MIDDLEBURY, Vt. — Progress toward achieving a two-state outcome in the Israeli-Palestinian conflict will occur only if the two sides re-establish belief in each other, said Dennis Ross, the former special assistant to President Obama, in a lecture at Middlebury College on March 12.
Opinion polls conducted of Israelis and Palestinians indicate that both sides favor the two-state outcome and yet, Ross said, the same polls indicate that both sides believe it will never happen. “The biggest single problem we face today to produce peace between the Israelis and Palestinians is disbelief. Both sides have perceptions of disbelief about the other.”
|Watch the video.|
Ross, a former Middle East envoy for three U.S. presidents who is now the Ziegler Distinguished Fellow at the Washington Institute for Near East Policy, appeared at Middlebury to speak on “Israel, the Peace Process, and the Implications of the Arab Awakening” as the guest of the Office of the President and the Rohatyn Center for Global Studies.
“To produce progress and preserve the two-state outcome as a real possibility, something [dramatically different] has to happen. It can’t be more of the same,” and so Ross has put forth a 14-point plan to “change the dynamic” and encourage the two sides to talk with each other again. He said his plan, which was revealed in a full-page opinion piece in the New York Times on March 2, is not intended to take the place of negotiating on borders, security, refugees, settlements, and the fate of Jerusalem – the hard issues in the disagreement. Rather, his proposal is “an agenda for discussion” that he hopes will lead the way to the negotiating table.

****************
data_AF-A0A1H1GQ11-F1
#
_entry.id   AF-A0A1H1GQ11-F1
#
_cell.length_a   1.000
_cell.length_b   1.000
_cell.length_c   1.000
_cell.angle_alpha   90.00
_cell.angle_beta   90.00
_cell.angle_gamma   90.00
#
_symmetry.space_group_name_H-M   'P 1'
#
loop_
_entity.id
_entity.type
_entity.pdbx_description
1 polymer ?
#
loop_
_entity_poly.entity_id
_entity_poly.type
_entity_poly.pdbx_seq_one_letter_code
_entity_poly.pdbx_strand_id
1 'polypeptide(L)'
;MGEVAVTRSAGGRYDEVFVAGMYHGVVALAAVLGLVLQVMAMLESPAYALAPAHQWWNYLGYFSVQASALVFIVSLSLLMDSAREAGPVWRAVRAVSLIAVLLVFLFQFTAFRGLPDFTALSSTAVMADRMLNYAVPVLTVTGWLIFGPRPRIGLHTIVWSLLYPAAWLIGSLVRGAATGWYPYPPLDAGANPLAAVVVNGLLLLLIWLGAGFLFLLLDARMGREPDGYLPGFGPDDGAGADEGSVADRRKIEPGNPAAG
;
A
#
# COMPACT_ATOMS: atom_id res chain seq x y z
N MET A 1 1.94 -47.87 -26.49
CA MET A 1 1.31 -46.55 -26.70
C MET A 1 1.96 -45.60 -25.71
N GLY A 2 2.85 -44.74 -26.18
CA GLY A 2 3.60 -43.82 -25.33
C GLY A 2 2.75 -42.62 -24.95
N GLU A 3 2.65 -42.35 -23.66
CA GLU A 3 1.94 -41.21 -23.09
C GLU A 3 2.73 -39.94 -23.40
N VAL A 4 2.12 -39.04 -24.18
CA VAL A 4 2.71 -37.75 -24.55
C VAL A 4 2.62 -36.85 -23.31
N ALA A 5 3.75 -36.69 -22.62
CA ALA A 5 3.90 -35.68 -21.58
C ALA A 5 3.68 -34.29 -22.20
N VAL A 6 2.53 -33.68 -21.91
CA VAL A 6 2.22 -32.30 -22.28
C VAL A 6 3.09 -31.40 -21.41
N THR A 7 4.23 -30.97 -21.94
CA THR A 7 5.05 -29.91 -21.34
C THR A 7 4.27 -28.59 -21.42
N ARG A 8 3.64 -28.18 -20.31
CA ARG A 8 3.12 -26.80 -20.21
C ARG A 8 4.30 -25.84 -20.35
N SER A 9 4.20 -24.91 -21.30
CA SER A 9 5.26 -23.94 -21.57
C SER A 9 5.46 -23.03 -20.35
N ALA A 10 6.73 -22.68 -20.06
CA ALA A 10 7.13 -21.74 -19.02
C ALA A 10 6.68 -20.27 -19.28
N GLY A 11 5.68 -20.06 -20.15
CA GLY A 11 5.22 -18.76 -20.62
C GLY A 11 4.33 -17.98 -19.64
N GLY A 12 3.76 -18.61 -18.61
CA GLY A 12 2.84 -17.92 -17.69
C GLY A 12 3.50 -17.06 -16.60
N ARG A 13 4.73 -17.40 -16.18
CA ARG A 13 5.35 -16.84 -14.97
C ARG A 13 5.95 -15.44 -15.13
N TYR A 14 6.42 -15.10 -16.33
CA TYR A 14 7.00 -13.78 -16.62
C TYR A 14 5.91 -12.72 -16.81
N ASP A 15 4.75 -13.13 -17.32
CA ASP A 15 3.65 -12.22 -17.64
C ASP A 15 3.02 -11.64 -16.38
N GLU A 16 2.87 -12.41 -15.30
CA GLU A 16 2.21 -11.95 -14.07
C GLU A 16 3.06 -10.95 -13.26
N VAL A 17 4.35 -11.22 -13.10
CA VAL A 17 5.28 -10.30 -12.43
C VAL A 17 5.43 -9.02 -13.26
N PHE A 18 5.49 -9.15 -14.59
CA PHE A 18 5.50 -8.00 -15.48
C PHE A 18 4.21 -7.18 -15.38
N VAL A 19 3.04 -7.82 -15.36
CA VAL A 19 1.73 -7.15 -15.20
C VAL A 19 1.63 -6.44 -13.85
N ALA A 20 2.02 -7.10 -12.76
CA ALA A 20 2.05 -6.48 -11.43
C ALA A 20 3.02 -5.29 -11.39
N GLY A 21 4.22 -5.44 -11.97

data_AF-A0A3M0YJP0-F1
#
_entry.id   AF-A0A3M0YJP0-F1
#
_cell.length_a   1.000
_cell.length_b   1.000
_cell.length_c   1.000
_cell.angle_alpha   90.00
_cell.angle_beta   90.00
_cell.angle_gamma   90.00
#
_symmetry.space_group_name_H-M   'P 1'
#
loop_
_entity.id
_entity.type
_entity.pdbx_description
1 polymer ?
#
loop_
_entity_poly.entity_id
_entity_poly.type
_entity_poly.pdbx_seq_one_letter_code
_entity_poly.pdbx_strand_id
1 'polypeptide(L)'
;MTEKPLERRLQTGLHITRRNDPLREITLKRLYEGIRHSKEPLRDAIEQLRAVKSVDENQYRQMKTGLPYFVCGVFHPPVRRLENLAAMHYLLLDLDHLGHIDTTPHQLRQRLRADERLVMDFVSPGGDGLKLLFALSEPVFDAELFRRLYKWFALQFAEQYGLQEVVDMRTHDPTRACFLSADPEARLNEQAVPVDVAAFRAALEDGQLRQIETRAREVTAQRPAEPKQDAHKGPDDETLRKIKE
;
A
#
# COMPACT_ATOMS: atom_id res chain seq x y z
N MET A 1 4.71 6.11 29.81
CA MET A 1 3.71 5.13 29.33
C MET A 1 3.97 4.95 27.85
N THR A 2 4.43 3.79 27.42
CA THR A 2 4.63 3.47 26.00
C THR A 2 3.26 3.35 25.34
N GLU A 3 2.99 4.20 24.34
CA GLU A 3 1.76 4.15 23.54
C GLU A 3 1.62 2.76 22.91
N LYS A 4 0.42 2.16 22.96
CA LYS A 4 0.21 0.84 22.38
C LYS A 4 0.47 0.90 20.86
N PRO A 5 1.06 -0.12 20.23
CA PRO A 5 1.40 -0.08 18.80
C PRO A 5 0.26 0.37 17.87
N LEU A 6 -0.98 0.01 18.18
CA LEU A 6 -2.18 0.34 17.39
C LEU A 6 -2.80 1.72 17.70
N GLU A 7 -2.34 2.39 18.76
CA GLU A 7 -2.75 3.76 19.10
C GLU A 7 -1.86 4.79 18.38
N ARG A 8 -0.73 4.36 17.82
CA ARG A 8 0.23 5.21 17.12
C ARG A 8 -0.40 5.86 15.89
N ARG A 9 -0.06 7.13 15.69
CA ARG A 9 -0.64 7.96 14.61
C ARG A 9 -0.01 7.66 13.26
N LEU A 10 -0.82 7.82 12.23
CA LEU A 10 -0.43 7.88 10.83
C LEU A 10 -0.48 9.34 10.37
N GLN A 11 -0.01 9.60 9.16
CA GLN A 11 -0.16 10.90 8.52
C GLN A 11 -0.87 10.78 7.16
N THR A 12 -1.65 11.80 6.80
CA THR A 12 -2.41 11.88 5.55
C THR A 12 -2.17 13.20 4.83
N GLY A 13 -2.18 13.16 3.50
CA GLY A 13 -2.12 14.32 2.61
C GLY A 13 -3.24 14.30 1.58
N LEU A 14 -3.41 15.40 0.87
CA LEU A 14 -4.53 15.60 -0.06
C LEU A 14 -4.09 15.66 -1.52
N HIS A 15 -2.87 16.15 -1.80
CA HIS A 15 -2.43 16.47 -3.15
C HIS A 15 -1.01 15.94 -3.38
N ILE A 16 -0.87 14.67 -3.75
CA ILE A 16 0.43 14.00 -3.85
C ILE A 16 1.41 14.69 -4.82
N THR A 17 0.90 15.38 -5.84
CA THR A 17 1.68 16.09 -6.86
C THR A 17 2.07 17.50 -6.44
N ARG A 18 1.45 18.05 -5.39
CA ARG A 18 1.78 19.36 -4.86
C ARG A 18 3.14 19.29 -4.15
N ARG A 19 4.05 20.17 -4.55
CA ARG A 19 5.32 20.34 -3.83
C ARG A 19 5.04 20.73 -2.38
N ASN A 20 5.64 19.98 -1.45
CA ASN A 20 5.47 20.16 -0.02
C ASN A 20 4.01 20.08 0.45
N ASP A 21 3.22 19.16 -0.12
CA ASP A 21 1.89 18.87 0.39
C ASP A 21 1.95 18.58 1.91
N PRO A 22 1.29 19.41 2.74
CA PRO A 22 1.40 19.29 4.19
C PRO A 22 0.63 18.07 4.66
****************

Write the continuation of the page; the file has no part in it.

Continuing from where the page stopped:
The Ross plan calls for the Israelis to demonstrate that they have no intention of expanding further into the West Bank by agreeing to:
— declare that it will build new housing only in settlement blocks and in areas west of the security barrier,
— offer compensation to Israeli settlers who will voluntarily relocate to Israel or to the settlement blocks, and
— begin the construction of new housing inside Israel for the settlers who are willing to move.
The Ross plan beckons the Palestinians to show they are serious about accepting two states by pledging to:
— put the state of Israel on the maps used by Palestinians,
— speak of “two states for two peoples” and acknowledge that there are two national movements and two national identities, and
— commit to building a state of Palestine with a focus on the rule of law.
The diplomat’s plan to suspend disbelief also lays out specific ways that Israel needs to show that it is serious about “ending control” over Palestinians in the West Bank, and puts forth certain methods by which Palestinians need to demonstrate that they will be “good neighbors” and not threaten Israel’s security.
His proposal also advocates for two crucial steps that both sides would have to engage in mutually.
|About 300 members of the community listened to Dennis Ross' lecture in Mead Chapel.|